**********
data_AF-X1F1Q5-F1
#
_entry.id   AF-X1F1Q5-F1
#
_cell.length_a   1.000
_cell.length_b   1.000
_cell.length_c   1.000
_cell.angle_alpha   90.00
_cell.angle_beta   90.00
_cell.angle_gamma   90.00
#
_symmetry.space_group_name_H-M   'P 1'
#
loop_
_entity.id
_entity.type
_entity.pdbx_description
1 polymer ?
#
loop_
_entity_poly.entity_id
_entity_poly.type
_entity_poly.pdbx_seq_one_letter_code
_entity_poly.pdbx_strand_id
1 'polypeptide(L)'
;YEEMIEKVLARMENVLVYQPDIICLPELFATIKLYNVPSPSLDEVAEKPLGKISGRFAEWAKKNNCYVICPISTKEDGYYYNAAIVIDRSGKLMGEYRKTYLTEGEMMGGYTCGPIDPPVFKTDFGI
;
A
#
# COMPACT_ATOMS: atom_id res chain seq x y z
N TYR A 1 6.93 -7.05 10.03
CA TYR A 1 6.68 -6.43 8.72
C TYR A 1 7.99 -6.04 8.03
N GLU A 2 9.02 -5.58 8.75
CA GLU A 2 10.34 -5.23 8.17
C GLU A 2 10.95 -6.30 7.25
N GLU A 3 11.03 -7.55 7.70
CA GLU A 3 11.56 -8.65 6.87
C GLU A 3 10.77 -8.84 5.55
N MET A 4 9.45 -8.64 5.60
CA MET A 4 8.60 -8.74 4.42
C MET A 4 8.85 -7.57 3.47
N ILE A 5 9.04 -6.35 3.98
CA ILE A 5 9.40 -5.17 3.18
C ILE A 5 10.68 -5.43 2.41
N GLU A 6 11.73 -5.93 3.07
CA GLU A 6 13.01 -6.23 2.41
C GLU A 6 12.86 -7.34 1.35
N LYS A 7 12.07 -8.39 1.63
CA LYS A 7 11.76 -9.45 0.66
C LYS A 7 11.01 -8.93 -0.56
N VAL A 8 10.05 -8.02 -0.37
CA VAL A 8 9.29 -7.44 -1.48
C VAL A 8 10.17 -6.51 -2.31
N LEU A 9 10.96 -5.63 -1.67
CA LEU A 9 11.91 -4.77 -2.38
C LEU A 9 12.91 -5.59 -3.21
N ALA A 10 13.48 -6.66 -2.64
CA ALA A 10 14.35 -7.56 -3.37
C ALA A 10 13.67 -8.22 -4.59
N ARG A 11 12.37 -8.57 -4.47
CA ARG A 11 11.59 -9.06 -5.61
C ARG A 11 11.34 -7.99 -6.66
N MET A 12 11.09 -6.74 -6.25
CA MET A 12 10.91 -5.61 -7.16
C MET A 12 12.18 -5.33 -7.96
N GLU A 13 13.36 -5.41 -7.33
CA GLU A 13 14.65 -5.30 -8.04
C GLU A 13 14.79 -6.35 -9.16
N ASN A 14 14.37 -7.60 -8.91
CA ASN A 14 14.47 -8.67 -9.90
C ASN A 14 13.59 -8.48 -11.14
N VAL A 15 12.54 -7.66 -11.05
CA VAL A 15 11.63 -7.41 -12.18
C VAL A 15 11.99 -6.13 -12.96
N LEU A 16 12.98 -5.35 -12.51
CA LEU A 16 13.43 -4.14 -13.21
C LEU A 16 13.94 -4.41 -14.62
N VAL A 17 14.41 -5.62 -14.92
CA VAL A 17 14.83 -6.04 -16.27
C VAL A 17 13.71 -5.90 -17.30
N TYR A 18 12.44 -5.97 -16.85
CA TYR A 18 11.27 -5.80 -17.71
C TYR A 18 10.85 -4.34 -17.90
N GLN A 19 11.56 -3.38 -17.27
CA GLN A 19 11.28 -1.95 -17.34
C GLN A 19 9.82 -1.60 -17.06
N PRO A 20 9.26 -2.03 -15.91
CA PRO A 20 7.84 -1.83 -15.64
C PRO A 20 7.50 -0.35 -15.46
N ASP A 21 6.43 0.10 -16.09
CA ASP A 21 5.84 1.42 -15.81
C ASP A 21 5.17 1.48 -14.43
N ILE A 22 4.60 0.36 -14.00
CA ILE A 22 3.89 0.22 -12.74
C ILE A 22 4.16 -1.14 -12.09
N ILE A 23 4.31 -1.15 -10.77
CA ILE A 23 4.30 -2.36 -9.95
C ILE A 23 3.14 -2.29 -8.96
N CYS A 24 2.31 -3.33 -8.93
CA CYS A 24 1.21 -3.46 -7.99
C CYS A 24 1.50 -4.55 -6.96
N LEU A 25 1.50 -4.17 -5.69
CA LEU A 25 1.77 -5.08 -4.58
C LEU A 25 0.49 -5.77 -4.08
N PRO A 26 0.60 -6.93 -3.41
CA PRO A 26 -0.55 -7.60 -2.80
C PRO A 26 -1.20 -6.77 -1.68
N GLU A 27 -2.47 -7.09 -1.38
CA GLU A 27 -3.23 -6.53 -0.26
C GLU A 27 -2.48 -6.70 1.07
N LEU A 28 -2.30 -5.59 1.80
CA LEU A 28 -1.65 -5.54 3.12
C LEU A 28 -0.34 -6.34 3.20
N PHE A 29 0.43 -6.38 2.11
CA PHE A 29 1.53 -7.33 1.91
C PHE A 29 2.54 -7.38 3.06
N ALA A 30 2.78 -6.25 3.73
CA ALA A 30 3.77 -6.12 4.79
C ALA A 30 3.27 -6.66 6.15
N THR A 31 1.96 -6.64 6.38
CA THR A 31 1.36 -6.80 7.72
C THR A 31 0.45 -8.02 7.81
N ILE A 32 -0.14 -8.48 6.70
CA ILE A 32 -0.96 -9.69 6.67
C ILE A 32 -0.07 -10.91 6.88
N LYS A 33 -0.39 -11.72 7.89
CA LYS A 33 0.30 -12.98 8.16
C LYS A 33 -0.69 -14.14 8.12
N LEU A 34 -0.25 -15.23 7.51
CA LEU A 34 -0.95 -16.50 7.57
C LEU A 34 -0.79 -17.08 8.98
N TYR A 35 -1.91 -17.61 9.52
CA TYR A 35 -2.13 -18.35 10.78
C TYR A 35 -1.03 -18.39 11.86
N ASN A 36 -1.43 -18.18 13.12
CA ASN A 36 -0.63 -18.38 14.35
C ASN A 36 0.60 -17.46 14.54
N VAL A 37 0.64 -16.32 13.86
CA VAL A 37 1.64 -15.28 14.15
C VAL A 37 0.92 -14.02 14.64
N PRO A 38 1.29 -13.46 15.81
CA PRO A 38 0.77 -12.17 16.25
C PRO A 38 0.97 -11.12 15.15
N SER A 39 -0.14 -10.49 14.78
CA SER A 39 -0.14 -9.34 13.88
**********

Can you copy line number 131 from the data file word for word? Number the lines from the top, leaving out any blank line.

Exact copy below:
CA LEU A 34 -0.95 -16.50 7.57